After a federal court rejected attempts by cable and phone companies to stop net neutrality on Thursday, the Federal Communications Commission’s plan for new Internet rules went into effect. Under the new rules, the FCC can assert extra authority over the Internet to establish equal access to Internet speeds and Web sites.
Companies like AT&T, Comcast and Verizon have claimed that the rules are beyond the FCC’s powers, and challenged them in court. A full hearing on the issue is scheduled for later this year.
“Starting Friday [June 12], there will be a referee on the field to keep the Internet fast, fair and open. Blocking, throttling, pay-for-priority fast lanes and other efforts to come between consumers and the Internet are now things of the past,” said FCC chair Tom Wheeler. “The rules also give broadband providers the certainty and economic incentive to build fast and competitive broadband networks.”
The broadband industry will now be under the FCC’s so-called Title II powers for the next few months at least, as both sides prepare their final arguments.
Little Change for Now
We reached out to independent technology analyst Jeff Kagan, who told us that things won’t change much while the issue is still being argued — for instance, videos won’t stream any faster. “I really don’t foresee much change for consumers in these early days,” says Kagan. “Nothing customers will notice, anyway.”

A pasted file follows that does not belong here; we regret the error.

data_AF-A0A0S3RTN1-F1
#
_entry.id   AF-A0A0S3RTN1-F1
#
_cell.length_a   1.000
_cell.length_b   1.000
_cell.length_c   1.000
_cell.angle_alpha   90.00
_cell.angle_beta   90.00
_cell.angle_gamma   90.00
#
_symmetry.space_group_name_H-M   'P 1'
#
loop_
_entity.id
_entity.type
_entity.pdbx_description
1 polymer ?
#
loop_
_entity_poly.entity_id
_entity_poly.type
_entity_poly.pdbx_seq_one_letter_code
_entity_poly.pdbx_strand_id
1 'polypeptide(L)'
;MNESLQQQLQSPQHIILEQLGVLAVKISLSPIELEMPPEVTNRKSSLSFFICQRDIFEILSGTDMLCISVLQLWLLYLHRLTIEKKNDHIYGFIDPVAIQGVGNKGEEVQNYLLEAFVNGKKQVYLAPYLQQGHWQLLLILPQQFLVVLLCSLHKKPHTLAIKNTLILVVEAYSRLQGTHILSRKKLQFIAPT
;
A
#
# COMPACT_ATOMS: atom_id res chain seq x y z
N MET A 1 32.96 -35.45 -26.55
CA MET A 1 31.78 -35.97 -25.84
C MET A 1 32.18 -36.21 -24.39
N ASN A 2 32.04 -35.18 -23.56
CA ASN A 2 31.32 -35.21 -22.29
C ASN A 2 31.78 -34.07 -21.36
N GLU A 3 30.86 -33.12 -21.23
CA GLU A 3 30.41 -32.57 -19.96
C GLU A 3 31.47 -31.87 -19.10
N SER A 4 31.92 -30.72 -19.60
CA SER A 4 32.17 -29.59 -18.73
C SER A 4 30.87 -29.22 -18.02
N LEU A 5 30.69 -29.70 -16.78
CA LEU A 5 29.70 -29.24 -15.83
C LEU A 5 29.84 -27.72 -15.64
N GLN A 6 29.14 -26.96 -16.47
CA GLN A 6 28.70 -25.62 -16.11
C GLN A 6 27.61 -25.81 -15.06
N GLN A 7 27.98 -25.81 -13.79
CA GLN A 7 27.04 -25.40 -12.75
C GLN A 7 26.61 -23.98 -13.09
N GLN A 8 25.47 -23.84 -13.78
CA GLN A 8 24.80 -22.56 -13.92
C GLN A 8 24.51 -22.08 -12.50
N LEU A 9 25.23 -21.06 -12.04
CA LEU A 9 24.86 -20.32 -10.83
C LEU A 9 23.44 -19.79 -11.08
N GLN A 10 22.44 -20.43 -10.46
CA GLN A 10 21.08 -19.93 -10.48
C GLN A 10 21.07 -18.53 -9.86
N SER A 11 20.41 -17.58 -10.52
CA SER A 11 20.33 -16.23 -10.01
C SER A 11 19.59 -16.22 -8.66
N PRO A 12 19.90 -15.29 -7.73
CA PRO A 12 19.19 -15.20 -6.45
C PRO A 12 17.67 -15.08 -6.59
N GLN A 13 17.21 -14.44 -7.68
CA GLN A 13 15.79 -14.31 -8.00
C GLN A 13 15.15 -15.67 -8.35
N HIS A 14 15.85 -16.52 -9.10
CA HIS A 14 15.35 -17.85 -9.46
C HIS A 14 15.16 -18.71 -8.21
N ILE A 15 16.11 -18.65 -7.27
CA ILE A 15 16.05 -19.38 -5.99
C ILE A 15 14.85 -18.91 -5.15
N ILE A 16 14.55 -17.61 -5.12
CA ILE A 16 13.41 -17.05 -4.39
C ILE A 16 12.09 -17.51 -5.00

The ruling has two major parts. The first says that ISPs now fall under the category of telecommunications services, meaning they are bound by the regulations of Title II, which provides the FCC the authority to regulate them as a public utility. This could have major implications on the future of the industry since it is at the core of the appeal by the ISPs.
The second major part of the ruling creates so-called bright-line rules that affect a consumer’s ability to access content over the Internet. Although those rules now go into effect — and the denial of Thursday’s stay request means they’re likely to eventually pass — observers say they could get lost in the appeals process.
Congressional Battle Looming
Anticipating the ruling, some Republican members of the U.S. House of Representatives this week underscored their opposition to the FCC’s policy by proposing legislation that would effectively prohibit the FCC from enforcing the new rules.
The proposal is unlikely to get through the U.S. Senate on its own and would almost certainly be vetoed by President Barack Obama, a supporter of Net neutrality. The House Republicans, however, attached the proposal to a must-pass appropriations bill.
The preliminary nature of the court order and the ongoing gamesmanship over the issue in Congress means the issue is far from settled, according to Kagan.
“Net neutrality has been argued for years and that will continue for many more years,” he said. “This issue is not settled. We are still in the middle of the process.”
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